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Twenty Durham Academy seniors were granted membership in the school's chapter of the Cum Laude Society — the highest academic honor that the school can bestow — on Monday. The distinction is made in recognition of students' grades, strength of academic schedule and contributions to campus intellectual life.
Seniors who were inducted into Cum Laude on Monday were Elizabeth Aldridge, Isaac Arocha, Ethan Astrachan, Samantha Baker, Nick Beischer, Katie Concannon, Alice Dempsey, Madi Dunk, Olivia Hall, Campbell Hannan, Stillman Hanson, Natalie Kim, Sam Kim, Virginia Marr, John McCubbin, Tristan Ramage, Bryce Saba, Adam Ushpol, Chris Villani and Julie Wechsler.
The inductees represent about 20 percent of the graduating class.
Upper School Director Lanis Wilson opened the ceremony by congratulating the inductees on meeting Cum Laude’s high standards and acknowledging the sacrifices they made along the way.
“When others chose to put away their books, these students highlighted one more chapter or struggled with one more practice problem or labored with one more revision of an essay. When social media beckoned, they resisted the temptation and continued to burn the midnight oil, studying while others slumbered,” Wilson said. “At Durham Academy, the academic competition can be fierce, so to be here tonight is a testament not just to intellect but also stamina and determination and dedication … truly virtue in extremis.”
Also addressing the audience of students, parents, siblings and faculty members were McCubbin and English teacher Fran Wittman.
McCubbin congratulated his fellow inductees on their achievement and reflected on the dedication and hard work that led them all to Monday’s ceremony. The joy of pursuing knowledge has been a highlight of his time at DA, McCubbin said, telling the story of a lesson he learned during a particularly busy time of senior year.
At the conclusion of Thanksgiving break, he recalled, he was concerned that he’d enjoyed himself too much over the long weekend and was heading into the week feeling overwhelmed with the thought of the work ahead. But then, upon reading Wilson’s weekly email to students, McCubbin learned that the Upper School director had also spent much of the break relaxing — but rather than fretting over the work to come, he “embraced the approaching chaos,” recharged and ready to take on the week’s challenges.
“With my newfound pearl of wisdom, I was able to cut through the sullen vicissitudes of needless delay and approach what I needed to do with a sense of confidence and the knowledge that getting through it would only make me a smarter, better individual,” McCubbin said. “Those next three-and-a-half weeks up until winter break constituted some of the most fun I have ever had as a high school student, and I was actually disappointed when there was nothing left to do.”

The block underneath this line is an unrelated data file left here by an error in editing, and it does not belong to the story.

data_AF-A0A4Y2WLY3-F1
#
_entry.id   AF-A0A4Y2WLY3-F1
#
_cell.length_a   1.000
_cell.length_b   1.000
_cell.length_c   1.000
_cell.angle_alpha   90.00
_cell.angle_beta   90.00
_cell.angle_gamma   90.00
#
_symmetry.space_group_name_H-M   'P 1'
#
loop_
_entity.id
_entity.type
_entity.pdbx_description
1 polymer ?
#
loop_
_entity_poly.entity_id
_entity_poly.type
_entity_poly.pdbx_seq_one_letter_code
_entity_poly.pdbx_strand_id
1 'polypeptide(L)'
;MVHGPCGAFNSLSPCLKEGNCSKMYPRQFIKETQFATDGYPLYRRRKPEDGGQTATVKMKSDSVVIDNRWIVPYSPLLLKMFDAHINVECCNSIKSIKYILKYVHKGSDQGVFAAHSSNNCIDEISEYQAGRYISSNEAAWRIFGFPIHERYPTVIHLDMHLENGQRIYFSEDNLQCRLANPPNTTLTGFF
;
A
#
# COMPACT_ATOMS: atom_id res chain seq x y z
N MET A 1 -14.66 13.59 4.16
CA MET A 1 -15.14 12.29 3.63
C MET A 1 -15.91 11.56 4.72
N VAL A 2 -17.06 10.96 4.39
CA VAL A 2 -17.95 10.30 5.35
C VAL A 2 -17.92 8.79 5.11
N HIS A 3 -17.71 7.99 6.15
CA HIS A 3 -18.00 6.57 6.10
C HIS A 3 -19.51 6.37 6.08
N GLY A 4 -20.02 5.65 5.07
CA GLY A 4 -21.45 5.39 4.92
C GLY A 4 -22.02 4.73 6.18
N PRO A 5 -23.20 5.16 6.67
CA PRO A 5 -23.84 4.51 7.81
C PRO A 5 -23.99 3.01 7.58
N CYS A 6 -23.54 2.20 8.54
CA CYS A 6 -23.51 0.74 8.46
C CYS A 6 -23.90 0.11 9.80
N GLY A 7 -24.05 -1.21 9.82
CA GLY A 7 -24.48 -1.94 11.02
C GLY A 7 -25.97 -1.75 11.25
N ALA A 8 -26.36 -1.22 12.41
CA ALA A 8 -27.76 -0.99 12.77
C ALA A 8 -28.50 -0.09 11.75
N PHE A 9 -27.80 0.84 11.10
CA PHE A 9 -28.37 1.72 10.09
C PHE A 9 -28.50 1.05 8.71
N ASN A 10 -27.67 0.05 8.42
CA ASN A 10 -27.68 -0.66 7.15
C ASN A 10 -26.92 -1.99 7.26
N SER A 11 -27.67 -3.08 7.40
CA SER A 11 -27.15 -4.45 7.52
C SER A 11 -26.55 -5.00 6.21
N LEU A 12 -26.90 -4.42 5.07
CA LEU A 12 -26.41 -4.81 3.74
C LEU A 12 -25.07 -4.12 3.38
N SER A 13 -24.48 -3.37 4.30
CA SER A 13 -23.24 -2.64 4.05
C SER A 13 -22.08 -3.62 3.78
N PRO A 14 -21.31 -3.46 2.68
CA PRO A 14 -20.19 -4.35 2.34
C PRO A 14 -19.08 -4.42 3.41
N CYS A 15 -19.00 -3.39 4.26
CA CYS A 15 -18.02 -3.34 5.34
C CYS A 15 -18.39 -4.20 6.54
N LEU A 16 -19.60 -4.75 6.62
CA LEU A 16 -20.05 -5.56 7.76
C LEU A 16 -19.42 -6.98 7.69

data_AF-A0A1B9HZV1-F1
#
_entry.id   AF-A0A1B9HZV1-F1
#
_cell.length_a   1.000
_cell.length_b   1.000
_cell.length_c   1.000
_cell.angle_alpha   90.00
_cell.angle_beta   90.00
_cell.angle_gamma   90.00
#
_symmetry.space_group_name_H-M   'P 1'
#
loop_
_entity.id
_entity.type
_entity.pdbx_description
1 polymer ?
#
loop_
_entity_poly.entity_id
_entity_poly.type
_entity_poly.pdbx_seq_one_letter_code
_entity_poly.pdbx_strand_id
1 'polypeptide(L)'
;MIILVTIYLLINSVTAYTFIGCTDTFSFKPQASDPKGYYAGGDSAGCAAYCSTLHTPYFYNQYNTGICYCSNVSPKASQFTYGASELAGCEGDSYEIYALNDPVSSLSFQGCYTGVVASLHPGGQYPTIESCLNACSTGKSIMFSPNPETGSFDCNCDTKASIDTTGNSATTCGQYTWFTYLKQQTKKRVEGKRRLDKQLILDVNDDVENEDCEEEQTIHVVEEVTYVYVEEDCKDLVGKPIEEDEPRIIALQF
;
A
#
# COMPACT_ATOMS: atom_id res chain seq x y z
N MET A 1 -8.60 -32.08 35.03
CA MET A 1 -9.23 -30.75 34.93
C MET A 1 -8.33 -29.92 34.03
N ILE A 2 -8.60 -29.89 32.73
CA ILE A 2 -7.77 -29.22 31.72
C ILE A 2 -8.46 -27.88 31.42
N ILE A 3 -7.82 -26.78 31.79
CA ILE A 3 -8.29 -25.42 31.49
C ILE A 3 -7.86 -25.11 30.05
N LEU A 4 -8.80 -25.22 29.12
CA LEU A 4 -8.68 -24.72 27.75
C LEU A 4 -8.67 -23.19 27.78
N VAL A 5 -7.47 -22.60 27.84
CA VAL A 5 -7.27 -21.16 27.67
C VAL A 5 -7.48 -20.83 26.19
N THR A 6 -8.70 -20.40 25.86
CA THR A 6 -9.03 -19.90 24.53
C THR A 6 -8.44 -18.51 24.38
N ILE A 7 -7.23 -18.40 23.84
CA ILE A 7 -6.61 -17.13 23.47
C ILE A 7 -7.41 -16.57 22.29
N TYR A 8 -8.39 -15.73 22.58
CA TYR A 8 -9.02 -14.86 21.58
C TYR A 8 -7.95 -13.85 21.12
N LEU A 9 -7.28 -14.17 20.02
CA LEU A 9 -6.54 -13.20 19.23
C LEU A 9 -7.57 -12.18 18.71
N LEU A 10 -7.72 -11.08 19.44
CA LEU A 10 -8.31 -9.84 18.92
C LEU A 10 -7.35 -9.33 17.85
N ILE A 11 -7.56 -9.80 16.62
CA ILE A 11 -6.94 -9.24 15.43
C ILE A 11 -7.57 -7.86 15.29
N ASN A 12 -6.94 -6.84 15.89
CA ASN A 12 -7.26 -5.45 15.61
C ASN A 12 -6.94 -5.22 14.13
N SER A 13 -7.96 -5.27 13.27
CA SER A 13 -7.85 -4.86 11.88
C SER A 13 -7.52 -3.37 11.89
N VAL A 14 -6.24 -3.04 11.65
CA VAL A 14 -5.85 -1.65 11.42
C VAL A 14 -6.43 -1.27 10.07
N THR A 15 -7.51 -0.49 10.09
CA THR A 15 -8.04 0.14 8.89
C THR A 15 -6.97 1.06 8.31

With their days as Durham Academy students coming to a close and their new lives as college students drawing closer each day, Wittman urged the Cum Laude inductees to make a conscious effort to appreciate the here and now.
When she was a new high school graduate, she was all too eager to leave her picturesque Minnesota hometown, she recalled, and she wasn’t making the most of the little time she had with her family and friends. Then, she got a wake-up call when she crashed her Ford Escort into her mother’s farm truck, right in her driveway.
“If you think about it, in some ways it was like a big karmic flashing neon sign saying slow down — figuratively and literally,” Wittman said. “And I kind of had to because I no longer had a car, but it did force me to realize that I was missing out on a really important time in my life. … I would encourage you all to slow down and relish this time. Be present. Soak in the experiences with your friends and family and savor the excitement about college. Don’t get preoccupied, because you only get this time once — so appreciate it.”
Wittman noted that the Cum Laude Society — now an international association comprising 382 chapters — was founded more than 100 years ago with three virtues in mind: “Areté, which translated means excellence or virtue, or kind of a blend of both; Diké, meaning justice; and Timé – meaning honor.”
Those virtues provide can something of a guide book for the new members, she suggested.
“Be excellent to each other, find your role in life and use it to enable others to find and fulfill theirs, and be mindful of your human obligation and act when you can,” Wittman said. “There aren’t many groups of teenagers to whom I could confidently say go forth and do this, but looking at those who are seated in the first row here tonight, I’m feeling pretty optimistic.”